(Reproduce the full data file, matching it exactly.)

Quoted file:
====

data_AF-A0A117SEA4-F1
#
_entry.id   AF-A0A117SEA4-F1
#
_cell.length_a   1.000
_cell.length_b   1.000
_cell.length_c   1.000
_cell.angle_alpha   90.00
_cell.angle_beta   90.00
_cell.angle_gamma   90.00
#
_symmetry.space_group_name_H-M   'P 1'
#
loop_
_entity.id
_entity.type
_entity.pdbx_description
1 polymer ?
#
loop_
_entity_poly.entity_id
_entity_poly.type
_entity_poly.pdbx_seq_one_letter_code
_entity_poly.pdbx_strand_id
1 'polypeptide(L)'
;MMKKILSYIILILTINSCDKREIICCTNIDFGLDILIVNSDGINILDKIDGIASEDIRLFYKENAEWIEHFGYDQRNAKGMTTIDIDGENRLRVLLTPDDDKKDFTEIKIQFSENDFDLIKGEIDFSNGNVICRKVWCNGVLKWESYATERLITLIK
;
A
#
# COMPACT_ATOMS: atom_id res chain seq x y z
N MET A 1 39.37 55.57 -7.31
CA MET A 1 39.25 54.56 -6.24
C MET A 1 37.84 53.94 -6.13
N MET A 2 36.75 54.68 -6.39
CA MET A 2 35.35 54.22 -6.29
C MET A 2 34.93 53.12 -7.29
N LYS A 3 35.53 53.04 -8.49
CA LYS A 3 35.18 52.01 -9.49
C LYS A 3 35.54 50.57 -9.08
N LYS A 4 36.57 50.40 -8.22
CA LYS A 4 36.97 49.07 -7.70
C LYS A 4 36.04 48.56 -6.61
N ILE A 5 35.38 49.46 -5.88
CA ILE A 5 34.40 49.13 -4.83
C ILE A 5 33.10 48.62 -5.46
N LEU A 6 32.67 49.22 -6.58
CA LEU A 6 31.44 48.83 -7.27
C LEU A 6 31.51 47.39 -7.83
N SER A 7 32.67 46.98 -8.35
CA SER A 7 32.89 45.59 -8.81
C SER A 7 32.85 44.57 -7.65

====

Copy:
data_AF-A0A117SEA4-F1
#
_entry.id   AF-A0A117SEA4-F1
#
_cell.length_a   1.000
_cell.length_b   1.000
_cell.length_c   1.000
_cell.angle_alpha   90.00
_cell.angle_beta   90.00
_cell.angle_gamma   90.00
#
_symmetry.space_group_name_H-M   'P 1'
#
loop_
_entity.id
_entity.type
_entity.pdbx_description
1 polymer ?
#
loop_
_entity_poly.entity_id
_entity_poly.type
_entity_poly.pdbx_seq_one_letter_code
_entity_poly.pdbx_strand_id
1 'polypeptide(L)'
;MMKKILSYIILILTINSCDKREIICCTNIDFGLDILIVNSDGINILDKIDGIASEDIRLFYKENAEWIEHFGYDQRNAKGMTTIDIDGENRLRVLLTPDDDKKDFTEIKIQFSENDFDLIKGEIDFSNGNVICRKVWCNGVLKWESYATERLITLIK
;
A
#
# COMPACT_ATOMS: atom_id res chain seq x y z
N MET A 1 39.37 55.57 -7.31
CA MET A 1 39.25 54.56 -6.24
C MET A 1 37.84 53.94 -6.13
N MET A 2 36.75 54.68 -6.39
CA MET A 2 35.35 54.22 -6.29
C MET A 2 34.93 53.12 -7.29
N LYS A 3 35.53 53.04 -8.49
CA LYS A 3 35.18 52.01 -9.49
C LYS A 3 35.54 50.57 -9.08
N LYS A 4 36.57 50.40 -8.22
CA LYS A 4 36.97 49.07 -7.70
C LYS A 4 36.04 48.56 -6.61
N ILE A 5 35.38 49.46 -5.88
CA ILE A 5 34.40 49.13 -4.83
C ILE A 5 33.10 48.62 -5.46
N LEU A 6 32.67 49.22 -6.58
CA LEU A 6 31.44 48.83 -7.27
C LEU A 6 31.51 47.39 -7.83
N SER A 7 32.67 46.98 -8.35
CA SER A 7 32.89 45.59 -8.81
C SER A 7 32.85 44.57 -7.65